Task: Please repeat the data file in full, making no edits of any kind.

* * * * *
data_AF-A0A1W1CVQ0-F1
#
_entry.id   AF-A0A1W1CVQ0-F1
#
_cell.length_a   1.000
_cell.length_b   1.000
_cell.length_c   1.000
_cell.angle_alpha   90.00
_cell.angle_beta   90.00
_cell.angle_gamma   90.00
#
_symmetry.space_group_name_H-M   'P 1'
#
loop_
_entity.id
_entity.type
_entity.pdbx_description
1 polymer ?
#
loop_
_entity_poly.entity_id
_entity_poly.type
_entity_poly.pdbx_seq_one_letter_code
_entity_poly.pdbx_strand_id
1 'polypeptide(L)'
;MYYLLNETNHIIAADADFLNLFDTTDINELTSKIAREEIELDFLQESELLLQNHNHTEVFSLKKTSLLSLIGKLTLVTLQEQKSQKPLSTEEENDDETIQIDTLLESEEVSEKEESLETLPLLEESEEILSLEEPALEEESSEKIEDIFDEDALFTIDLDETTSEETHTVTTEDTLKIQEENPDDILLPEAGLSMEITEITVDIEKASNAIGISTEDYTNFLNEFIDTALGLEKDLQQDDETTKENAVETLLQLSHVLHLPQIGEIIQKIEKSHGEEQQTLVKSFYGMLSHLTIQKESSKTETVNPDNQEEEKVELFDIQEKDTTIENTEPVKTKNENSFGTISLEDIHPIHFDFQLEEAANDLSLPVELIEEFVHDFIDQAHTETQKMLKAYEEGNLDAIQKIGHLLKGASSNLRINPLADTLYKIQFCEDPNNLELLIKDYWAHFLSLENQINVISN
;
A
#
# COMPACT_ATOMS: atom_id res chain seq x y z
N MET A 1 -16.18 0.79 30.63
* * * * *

data_AF-A0A1W1CVQ0-F1
#
_entry.id   AF-A0A1W1CVQ0-F1
#
_cell.length_a   1.000
_cell.length_b   1.000
_cell.length_c   1.000
_cell.angle_alpha   90.00
_cell.angle_beta   90.00
_cell.angle_gamma   90.00
#
_symmetry.space_group_name_H-M   'P 1'
#
loop_
_entity.id
_entity.type
_entity.pdbx_description
1 polymer ?
#
loop_
_entity_poly.entity_id
_entity_poly.type
_entity_poly.pdbx_seq_one_letter_code
_entity_poly.pdbx_strand_id
1 'polypeptide(L)'
;MYYLLNETNHIIAADADFLNLFDTTDINELTSKIAREEIELDFLQESELLLQNHNHTEVFSLKKTSLLSLIGKLTLVTLQEQKSQKPLSTEEENDDETIQIDTLLESEEVSEKEESLETLPLLEESEEILSLEEPALEEESSEKIEDIFDEDALFTIDLDETTSEETHTVTTEDTLKIQEENPDDILLPEAGLSMEITEITVDIEKASNAIGISTEDYTNFLNEFIDTALGLEKDLQQDDETTKENAVETLLQLSHVLHLPQIGEIIQKIEKSHGEEQQTLVKSFYGMLSHLTIQKESSKTETVNPDNQEEEKVELFDIQEKDTTIENTEPVKTKNENSFGTISLEDIHPIHFDFQLEEAANDLSLPVELIEEFVHDFIDQAHTETQKMLKAYEEGNLDAIQKIGHLLKGASSNLRINPLADTLYKIQFCEDPNNLELLIKDYWAHFLSLENQINVISN
;
A
#
# COMPACT_ATOMS: atom_id res chain seq x y z
N MET A 1 -16.18 0.79 30.63